This indigo city which is not grey,
is not a thing but a situation
or atmosphere or layers of living,
beginning with the earth that hoards the bones,
artefacts and lost words of ancient folk
who are not my ancestors and to whom
I wish to pay my respects, for over
their unknowable songs, their past of togetherness, all one-ness, we laid
our history of separate histories;
single doorways, gates and grates and ghettoes
of unique belief, of language, even
our forensic presence – footprints, fragments
of hair, skin that falls into the ever-
transmuting light, which is not grey but the
shimmering colour of a dove’s wing (think
of the NGV, its moat and water-
wall, the stone like fresh-cut lead,
that stuff has crystals in it you know -- it’s not grey but
indigo.) We plait ourselves into this
place which offers itself, clean of account -
we each know our discrete moment walking
the swirling corridor of Collins Street
in that renowned wind, past 101 and
churches with dusty hides like elephants.
This indigo city which lies beneath
skies of milk or cobalt or Prussian blue or
oppressive thunderclouds, such unspent force;
elsewhere El Greco painted skies like ours.
This theatre of breath and cloud is not
grey, which has neither black’s eternal might
Nor the polar finality of white
and is indeterminate, is nothing;
nothing will come of nothing: speak again.
Smog and sunlight, air the hue of opals,
veils of light shuffling through our laneways like
a deck of cards, this ‘devil’s colour’ stands
alone, until it reveals its secret
on the ubiquitous necks of pigeons;
indigo forfeits itself from alone
to all one-one iridescence in the sun.
First published in Reflecting on Melbourne, Poetica Christie Press
This is a story I wrote many Easters ago which was later published in my short story collection Bearings. Recently someone got in touch to say they read it every Easter which was lovely to hear ... thought I'd post it today.
Unveiling Elena Ferrante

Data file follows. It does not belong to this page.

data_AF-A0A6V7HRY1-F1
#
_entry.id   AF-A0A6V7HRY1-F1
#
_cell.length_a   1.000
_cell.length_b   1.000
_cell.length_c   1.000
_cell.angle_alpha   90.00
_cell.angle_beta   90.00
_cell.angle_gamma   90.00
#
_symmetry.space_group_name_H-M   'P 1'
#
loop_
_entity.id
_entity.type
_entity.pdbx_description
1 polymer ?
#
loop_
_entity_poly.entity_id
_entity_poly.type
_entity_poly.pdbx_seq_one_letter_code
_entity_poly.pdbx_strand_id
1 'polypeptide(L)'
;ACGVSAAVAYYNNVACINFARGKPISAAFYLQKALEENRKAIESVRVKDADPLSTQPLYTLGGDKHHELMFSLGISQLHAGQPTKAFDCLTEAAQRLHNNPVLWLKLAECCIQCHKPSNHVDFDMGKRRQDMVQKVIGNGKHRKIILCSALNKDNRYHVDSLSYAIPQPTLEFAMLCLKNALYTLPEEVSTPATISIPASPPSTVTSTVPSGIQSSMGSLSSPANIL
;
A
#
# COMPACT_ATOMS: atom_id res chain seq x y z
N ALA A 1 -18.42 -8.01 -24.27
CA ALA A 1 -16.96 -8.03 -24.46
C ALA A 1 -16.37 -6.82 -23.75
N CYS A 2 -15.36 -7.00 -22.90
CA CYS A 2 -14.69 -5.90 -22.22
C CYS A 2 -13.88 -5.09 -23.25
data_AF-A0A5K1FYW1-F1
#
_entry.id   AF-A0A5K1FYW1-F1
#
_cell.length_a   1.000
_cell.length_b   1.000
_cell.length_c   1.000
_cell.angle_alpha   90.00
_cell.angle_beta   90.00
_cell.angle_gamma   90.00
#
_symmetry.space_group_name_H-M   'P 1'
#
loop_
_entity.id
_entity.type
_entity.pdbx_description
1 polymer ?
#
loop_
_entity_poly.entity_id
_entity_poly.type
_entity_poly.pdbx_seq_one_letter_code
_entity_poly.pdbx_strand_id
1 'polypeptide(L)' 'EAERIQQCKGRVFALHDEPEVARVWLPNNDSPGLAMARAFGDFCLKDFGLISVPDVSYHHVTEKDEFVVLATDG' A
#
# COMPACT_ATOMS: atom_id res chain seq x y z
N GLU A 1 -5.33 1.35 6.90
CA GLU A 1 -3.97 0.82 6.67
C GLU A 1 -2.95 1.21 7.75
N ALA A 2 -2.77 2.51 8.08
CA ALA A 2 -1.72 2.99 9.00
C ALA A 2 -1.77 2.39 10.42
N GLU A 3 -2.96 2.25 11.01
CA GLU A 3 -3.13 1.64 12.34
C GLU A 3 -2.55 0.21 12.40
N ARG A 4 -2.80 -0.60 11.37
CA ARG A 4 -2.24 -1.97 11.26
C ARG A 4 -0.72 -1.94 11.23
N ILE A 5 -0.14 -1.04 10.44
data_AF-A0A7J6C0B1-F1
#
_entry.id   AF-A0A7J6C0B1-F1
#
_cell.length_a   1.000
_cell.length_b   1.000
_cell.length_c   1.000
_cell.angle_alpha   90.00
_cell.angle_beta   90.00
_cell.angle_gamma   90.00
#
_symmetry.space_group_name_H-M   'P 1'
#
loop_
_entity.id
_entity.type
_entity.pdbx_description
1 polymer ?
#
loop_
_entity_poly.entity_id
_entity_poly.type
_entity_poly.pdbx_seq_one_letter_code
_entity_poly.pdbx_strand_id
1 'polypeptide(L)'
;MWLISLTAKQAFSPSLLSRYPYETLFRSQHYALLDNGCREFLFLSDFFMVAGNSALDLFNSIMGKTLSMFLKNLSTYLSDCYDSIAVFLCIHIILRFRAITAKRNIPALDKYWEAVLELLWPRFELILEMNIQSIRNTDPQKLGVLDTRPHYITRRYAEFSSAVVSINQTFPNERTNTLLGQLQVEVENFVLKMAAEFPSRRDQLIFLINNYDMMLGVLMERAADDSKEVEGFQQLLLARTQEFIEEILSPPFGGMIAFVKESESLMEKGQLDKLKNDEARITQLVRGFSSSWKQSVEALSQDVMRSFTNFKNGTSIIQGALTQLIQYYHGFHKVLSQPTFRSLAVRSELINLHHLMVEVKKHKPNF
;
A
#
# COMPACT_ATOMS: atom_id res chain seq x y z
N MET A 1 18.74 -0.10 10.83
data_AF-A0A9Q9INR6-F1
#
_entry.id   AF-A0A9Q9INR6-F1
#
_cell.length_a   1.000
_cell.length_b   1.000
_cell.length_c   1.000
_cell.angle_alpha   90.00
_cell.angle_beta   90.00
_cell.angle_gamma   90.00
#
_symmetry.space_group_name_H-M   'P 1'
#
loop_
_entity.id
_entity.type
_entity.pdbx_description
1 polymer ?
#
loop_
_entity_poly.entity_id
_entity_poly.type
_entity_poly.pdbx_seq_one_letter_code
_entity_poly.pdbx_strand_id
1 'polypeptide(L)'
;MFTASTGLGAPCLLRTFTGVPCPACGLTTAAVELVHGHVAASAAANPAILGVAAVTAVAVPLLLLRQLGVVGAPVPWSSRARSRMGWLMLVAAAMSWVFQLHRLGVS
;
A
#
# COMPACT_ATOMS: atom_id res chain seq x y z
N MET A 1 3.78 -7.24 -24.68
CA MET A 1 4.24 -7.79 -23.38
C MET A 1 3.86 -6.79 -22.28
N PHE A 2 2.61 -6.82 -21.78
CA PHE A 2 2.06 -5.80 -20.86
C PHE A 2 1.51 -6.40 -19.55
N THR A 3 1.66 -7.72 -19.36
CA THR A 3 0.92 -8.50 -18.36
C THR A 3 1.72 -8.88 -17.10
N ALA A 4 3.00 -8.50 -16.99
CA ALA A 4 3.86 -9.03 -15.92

World famous author Elena Ferrante was not on my radar until an editor put The Days of Abandonment into my hands and said:
“No-one knows who she is. Except her publisher.”
At home I opened Ferrante’s novel and was swept up in the story of Olga, and a voice that I had never before encountered in literature, not like this, not so pure, nor raw, nor so comprehensive. From its pages unspooled a kind of female darkness, a rage, startling in its consistency and in its near-flawless execution. And though I’d never read anything quite like it, the voice was familiar; it was the voice of friends weeping in cafes; of wives screaming in helpless fury at philandering husbands, the hurt and outrage of a woman passed over and sinking into invisibility. Olga’s emotions are so extreme they teeter on madness and they’re laced with poison too - the vengefulness of the woman scorned. That phrase is of course familiar; we all know that there’s something true about it, but it’s another thing to see it fully realised on the page, page after page, till you find yourself hoping that Olga can pull herself together.
I saw immediately how anonymity might make such writing possible, indeed, might even be its foundation stone. It is, as Virginia Woolf said, a refuge for female writers:
“Anonymity runs in their blood. The desire to be veiled
Ferrante's stayed anonymous for seven novels, including the bestselling Neapolitan quartet, and has managed to avoid the personal aspect of marketing that most creators have to participate in, for worse or better. A recent article by Konrad Marshall in The Age's Good Weekend touched on my own ambivalence about this:
“Today we are all brands. We define our philosophy by what we retweet. We refine our image with the perfect selfie…We curate our reality through the comments, shares and likes we bestow on Facebook..."
All this endless, self-conscious curating! Self-consciousness - and its close friend, self-censorship, and its flip side, self-doubt - these can so easily block creativity. We are not brands, though our works might be. Branding is a shortcut between reader and writer, between audience and artist, part of the public transaction; one has to switch gears cleanly between one and the other. But sometimes it’s not quite possible. Author Nikki Gemmell found she could not write her 2003 novel, The Bride Stripped Bare, until she permitted herself to publish anonymously. She’d read Woolf’s statement that for most of history “Anonymous was a woman.”
“And with that simple sentence, my recalcitrant novel was unlocked.”
(She was unmasked before her book even went to print, to her great distress.)
Elena Ferrante told her publishers at the start of her career that if books had something to say, they would sooner or later find readers:
“I very much love those mysterious volumes, both ancient and modern that have no definite author but have had and continue to have an intense life of their own.”
Twenty years later Ferrante remained, till last week, a celebrated writer who’d managed to keep her veil, engaging with her readers purely through her art as Saul Bellow and many others also have preferred or would prefer, if they had the choice. Yes! What luxury, what joy, to communicate purely through an artistic language of one’s own devising! And while as a reader I'm fascinated by biography, it seems to me as a writer that to communicate only through art should be possible. And so I felt, as did many, protective of her secrecy.